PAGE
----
Accuracy of carbon emissions data comes under fire: Carbone 4 responds

7 October 2016

Young growing plant balancing on seesaw over a stack of coins

More and more investors are beginning to take stock of their role in the low-carbon transition and, with that, have called upon data providers to supply emissions data on portfolio constituents. However, with the increasing concern over portfolio emissions, the reliability of the carbon data used to analyze an investor’s portfolio is being called into question. A recent article appearing in the Financial Times* cited a study by MSCI, which compared emissions estimates for companies lacking emissions data leading up to 2015 with reported emissions published by those same companies for the first time in 2015. The study found that three-quarters of modelled emissions were overestimated by 50 per cent or more! This can lead investors to overstate the carbon output of their portfolio.

Luckily, Carbone 4’s methodology for analyzing the carbon impact of investment portfolios- baptized Carbon Impact Analytics- was specifically engineered to eliminate the risk of data discrepancy through a number of design criteria.

Carbon Impact Analytics (CIA) privileges a bottom-up approach to portfolio analysis. Rather than relying on top-town models which allocate emissions based on statistical models (often leading to inaccuracies), Carbone 4 systematically recalculates the direct and indirect emissions of portfolio constituents. CIA relies on a series of calculation modules fed by operational data widely available in companies’ annual reports. Key inputs include the geographical locations of a company’s operations and production volumes by specific product type, allowing for precise emissions estimates.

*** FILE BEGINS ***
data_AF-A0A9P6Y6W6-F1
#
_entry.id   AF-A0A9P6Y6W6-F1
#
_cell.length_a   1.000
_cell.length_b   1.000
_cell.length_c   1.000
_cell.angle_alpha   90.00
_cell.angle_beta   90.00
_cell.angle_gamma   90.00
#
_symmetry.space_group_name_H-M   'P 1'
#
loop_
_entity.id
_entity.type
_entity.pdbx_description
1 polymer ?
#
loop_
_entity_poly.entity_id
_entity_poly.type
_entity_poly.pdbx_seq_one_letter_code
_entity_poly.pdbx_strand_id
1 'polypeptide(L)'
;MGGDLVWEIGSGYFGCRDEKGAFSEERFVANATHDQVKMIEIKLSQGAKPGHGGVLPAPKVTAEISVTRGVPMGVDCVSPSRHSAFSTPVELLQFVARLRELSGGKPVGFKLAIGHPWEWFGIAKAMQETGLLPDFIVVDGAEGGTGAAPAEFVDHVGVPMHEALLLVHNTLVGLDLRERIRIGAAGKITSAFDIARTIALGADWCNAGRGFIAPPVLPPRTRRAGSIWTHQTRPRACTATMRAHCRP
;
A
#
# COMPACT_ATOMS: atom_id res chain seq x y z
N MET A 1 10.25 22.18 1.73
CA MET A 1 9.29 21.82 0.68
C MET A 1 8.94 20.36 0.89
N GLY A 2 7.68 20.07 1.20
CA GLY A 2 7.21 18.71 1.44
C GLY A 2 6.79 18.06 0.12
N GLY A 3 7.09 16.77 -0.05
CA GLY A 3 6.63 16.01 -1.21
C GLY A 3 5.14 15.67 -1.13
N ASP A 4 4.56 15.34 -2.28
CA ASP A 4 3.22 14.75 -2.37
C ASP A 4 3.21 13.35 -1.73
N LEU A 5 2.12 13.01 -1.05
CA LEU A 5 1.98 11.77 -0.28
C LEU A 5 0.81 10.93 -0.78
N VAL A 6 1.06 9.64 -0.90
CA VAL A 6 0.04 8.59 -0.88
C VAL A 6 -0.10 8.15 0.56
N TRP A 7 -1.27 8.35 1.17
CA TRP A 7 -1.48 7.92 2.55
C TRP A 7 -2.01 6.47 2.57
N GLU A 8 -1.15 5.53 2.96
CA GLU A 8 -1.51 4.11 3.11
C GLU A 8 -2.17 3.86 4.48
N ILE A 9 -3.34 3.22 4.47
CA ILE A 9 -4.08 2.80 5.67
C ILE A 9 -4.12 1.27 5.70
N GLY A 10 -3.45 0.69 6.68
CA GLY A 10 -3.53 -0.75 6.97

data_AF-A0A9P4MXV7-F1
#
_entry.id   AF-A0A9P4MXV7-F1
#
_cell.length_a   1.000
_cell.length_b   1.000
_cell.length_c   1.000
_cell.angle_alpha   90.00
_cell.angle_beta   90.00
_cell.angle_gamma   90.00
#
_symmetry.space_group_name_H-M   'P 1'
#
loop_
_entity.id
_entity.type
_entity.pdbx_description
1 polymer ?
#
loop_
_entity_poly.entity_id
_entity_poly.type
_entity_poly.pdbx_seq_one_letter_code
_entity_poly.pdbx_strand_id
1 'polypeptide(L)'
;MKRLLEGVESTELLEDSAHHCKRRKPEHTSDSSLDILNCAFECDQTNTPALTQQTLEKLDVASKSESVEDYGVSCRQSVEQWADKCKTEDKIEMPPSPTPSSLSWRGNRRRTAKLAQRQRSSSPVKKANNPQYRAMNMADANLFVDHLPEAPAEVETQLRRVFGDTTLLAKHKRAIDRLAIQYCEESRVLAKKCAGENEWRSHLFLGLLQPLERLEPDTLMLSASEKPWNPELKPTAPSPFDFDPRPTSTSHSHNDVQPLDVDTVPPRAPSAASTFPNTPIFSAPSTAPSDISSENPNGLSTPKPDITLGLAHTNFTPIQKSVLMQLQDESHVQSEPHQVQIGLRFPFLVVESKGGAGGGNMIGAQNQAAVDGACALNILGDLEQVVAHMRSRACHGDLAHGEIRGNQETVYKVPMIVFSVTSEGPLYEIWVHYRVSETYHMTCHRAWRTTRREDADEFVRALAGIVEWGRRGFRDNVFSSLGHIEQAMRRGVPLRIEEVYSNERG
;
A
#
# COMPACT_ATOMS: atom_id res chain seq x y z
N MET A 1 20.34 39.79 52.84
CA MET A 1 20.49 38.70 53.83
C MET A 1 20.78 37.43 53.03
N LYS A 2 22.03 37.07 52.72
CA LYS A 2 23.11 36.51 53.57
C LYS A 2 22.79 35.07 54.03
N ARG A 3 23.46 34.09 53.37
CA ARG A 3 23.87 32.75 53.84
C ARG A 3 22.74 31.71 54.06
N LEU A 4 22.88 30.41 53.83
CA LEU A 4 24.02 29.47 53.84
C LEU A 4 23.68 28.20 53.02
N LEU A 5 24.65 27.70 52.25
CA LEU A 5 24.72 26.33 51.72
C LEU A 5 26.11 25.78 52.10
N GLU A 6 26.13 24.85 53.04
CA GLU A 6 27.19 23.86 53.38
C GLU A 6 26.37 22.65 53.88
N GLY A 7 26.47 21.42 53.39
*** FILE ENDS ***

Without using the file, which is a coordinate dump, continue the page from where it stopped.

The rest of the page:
An increasing number of companies report their own emissions. However, estimation methods vary and have led to criticism over the use of this reported data. For companies who already report Scope 1 and 2 emissions, Carbon Impact Analytics serves as a consistency test. More importantly, CIA provides a consistent approach to estimating scope 3 and avoided emissions, for which no standardized approach is currently applied across companies. What’s more, with the understanding that the carbon footprint isn’t the only indicator for actively managed funds, CIA also features a qualitative forward-looking evaluation of company strategy and investments. This more comprehensive set of indicators allows for the calculation of an overall rating, without which the full measure of carbon-related risk cannot be determined.

So why haven’t all carbon data providers adopted a similar bottom-up approach? Well, a bottom-up approach like CIA can be more time consuming (collection and treatment of operational data) and requires extensive expertise in carbon assessment of companies. Few other companies have this kind of experience under their belt: Carbone 4 has been calculating, cataloguing, and updating an extensive base of emissions factors since 2007, spanning all sectors of activity.
Carbone 4’s innovative approach to assessing the carbon impact of investment portfolios not only allows investors to gain a comprehensive yet precise vision of their carbon impact, but also to inform asset allocation and design low carbon indices.
For more information on Carbon Impact Analytics and Carbone 4’s approach to building low carbon indices, check out our latest report “Designing low carbon indices based on Carbon Impact Analytics indicators.”

* Unreliable data hinder carbon divestment. Financial Times. September 1, 2016. 

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